The lack of sleep plagues most people at some time in their adult lives. This can result in lower performance at work or school, hazy thinking, bad judgment and even serious health issues. Causes of insomnia include noise, uncomfortable temperature, exercising before bedtime, not enough exercise, stress, alcohol, depression and poor nutrition. Magnesium is one of many nutrients needed to keep the body functioning properly and may be an essential nutrient for helping you get a full night's sleep, which is necessary for good health.
What Does Magnesium Do?
Magnesium regulates the absorption of calcium, helps relax muscles, helps the heart work more efficiently, regulates the functions of insulin and works with other nutrients for optimum functioning in all areas of the body. To get the best night's sleep, the ability to relax your muscles is critical.
Foods Rich in Magnesium
Eat a diet rich in magnesium. These foods include legumes, deep green leafy vegetables, blackstrap molasses, whole grains, some meats and many nuts, including almonds.
Signs of Magnesium Deficiency
If you feel tired but can't sleep, experience constipation, suffer from irritability, have leg cramps that get worse at night and suffer from restless leg syndrome, you may have a magnesium deficiency. People with diabetes tend to have lower than normal levels of magnesium. The good news is that you can quickly remedy these symptoms by increasing foods rich in magnesium or taking a daily magnesium supplement.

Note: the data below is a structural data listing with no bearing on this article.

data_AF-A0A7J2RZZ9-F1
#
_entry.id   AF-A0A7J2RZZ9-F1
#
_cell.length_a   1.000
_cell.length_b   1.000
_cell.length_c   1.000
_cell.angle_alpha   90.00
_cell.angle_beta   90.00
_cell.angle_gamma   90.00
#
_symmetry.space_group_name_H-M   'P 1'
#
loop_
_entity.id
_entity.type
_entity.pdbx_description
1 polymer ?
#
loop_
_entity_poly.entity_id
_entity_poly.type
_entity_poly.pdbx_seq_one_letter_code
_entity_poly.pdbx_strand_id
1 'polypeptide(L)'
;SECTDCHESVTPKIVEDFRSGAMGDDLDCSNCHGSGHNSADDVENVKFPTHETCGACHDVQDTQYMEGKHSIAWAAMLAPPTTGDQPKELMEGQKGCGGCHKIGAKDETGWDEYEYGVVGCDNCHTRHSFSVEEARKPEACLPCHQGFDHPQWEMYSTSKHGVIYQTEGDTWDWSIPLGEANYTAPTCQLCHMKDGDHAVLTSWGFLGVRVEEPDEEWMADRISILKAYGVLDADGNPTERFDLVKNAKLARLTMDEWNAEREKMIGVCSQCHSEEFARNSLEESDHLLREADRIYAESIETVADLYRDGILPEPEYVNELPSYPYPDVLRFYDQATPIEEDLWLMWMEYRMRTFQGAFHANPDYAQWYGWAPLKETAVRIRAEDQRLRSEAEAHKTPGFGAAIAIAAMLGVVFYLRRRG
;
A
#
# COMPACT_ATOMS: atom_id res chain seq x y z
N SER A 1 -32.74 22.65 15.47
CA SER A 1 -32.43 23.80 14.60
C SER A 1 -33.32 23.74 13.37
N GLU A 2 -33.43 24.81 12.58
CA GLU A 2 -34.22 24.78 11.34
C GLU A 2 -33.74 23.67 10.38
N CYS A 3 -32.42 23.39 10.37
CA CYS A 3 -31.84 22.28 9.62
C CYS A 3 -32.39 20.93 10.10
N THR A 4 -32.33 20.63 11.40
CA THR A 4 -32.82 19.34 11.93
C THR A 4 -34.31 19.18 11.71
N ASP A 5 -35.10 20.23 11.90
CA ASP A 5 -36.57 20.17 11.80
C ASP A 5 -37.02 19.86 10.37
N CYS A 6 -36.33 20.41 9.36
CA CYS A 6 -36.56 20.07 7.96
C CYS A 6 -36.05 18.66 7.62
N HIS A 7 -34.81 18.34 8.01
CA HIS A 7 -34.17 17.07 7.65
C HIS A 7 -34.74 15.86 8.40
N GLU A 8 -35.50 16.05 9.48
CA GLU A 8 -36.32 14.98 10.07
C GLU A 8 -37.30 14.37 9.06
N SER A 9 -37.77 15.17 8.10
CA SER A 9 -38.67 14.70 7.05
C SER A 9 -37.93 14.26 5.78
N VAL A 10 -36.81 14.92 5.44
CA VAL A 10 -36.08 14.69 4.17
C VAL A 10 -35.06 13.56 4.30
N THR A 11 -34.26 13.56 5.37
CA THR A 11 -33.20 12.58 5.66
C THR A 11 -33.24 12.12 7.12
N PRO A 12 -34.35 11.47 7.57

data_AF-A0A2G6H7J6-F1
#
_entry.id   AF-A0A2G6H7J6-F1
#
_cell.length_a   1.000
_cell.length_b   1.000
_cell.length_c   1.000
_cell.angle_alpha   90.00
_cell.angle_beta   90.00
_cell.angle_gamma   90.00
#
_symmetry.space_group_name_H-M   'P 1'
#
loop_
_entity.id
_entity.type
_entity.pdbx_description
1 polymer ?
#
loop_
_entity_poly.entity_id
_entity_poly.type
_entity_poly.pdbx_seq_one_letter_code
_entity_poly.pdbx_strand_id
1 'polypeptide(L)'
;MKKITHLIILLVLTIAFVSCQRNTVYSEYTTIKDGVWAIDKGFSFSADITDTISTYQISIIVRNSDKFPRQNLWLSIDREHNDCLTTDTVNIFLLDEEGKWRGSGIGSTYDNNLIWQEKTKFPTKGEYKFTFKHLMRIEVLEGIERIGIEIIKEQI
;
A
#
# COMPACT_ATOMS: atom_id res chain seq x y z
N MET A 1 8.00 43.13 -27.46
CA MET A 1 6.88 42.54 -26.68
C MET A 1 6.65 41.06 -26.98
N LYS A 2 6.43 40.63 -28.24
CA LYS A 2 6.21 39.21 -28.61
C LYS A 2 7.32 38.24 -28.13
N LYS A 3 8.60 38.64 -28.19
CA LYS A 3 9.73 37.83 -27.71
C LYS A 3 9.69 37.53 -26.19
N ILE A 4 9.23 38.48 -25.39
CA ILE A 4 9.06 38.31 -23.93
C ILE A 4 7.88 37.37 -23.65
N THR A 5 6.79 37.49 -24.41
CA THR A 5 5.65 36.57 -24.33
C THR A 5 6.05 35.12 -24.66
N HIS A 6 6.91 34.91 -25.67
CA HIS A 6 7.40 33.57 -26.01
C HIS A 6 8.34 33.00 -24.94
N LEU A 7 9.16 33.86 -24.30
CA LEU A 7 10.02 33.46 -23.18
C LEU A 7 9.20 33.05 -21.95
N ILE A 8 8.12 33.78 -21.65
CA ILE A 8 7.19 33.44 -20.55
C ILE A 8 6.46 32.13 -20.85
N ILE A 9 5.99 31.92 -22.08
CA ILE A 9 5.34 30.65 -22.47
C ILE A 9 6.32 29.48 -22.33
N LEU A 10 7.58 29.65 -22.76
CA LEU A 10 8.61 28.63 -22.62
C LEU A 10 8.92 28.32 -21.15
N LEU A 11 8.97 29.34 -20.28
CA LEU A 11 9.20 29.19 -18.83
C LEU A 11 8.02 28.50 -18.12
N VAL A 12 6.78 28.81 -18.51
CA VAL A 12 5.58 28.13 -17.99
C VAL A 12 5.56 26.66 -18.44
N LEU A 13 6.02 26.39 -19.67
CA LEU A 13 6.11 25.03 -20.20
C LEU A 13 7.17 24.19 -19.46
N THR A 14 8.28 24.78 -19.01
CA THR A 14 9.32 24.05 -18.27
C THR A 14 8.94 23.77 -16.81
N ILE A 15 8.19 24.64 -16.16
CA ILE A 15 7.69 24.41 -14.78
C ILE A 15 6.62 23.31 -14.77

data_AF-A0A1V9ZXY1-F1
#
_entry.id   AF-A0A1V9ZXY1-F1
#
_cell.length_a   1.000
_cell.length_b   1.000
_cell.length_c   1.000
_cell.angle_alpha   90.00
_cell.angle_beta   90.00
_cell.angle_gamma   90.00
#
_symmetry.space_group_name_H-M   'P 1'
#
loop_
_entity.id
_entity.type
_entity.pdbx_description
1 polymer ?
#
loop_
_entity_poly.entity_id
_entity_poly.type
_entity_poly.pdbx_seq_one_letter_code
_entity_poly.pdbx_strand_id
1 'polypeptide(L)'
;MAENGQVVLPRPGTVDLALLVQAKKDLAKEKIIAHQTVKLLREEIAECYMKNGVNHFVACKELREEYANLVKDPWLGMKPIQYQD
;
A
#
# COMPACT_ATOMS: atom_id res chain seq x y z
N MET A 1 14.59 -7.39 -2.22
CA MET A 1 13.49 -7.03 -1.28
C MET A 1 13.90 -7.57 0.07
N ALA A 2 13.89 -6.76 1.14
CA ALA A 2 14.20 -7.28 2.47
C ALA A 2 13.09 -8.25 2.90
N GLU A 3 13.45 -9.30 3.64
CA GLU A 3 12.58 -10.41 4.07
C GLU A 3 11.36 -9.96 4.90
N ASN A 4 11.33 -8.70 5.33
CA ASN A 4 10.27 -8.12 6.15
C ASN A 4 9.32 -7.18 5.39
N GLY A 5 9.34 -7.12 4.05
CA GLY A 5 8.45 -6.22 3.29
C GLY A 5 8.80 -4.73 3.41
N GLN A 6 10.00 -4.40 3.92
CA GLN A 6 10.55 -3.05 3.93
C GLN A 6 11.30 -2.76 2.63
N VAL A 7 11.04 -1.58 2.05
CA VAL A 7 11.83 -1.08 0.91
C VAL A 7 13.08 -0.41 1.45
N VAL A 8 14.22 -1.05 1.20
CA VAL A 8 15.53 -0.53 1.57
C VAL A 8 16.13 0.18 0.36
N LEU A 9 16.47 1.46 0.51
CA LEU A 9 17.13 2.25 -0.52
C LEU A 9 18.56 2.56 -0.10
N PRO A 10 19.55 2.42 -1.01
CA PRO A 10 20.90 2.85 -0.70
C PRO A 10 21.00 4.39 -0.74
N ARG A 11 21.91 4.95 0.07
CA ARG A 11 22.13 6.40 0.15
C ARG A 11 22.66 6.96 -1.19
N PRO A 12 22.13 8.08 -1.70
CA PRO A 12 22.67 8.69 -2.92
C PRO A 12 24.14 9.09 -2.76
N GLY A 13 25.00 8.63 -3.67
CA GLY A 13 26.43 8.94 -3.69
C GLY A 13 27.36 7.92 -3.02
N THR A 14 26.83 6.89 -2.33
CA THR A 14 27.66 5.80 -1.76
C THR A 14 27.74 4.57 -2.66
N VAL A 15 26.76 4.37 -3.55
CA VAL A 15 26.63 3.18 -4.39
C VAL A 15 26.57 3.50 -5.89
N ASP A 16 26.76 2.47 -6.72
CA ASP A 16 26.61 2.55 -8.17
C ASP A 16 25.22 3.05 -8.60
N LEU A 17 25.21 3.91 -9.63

How Much Magnesium Do You Need?
The daily recommended amount of magnesium is approximately 400 mg from food and supplements. If this doesn't help you sleep, increase that to 500 mg and add 500 mg of calcium. For those with chronic fatigue syndrome, a doctor may choose to inject the needed amount of magnesium.
Other Ways to Help Induce Sleep
In addition to increasing your magnesium, regulate the room temperature in your bedroom at night so it is slightly cooler than the daytime temperature, find ways to eliminate noise by using earplugs or adding white noise (like the whir of a fan), relax before bedtime, don't exercise within 3 hours of bedtime and set a regular schedule. Read or listen to something relaxing to get your mind off the stresses of the day. If you experience pain, and recommended doses of over-the-counter medications don't help, see your doctor.